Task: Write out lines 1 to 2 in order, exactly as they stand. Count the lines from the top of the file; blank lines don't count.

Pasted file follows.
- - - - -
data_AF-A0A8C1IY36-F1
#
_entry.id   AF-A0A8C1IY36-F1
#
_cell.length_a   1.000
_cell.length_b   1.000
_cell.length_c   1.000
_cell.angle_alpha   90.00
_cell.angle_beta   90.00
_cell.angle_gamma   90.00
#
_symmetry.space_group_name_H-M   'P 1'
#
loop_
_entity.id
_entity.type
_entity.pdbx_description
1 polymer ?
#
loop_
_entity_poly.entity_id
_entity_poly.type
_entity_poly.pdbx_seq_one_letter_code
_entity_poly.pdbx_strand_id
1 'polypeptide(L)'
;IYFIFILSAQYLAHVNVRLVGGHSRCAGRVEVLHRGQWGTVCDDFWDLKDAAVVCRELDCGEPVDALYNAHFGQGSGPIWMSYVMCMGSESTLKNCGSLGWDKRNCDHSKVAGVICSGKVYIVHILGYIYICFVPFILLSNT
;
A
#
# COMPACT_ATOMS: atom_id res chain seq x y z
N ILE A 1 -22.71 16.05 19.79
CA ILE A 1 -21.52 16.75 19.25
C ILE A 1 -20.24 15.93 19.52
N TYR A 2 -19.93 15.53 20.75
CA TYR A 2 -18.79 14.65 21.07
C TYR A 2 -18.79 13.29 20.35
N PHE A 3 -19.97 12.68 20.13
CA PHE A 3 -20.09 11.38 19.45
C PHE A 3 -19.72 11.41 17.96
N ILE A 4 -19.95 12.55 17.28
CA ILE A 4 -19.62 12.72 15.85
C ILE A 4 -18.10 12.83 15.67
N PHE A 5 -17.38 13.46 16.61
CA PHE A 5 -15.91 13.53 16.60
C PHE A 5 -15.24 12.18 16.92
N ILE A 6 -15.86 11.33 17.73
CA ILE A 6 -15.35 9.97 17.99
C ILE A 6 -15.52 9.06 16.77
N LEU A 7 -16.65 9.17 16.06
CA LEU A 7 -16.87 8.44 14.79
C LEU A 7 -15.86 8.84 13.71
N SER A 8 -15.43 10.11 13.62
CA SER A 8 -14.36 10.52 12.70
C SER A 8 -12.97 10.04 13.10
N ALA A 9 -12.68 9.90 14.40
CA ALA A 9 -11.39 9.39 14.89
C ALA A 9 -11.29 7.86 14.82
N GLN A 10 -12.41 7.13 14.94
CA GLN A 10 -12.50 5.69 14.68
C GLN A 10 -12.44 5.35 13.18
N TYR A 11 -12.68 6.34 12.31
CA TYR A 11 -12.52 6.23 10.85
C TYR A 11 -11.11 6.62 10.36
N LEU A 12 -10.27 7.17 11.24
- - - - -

data_AF-A0A8C1IY36-F1
#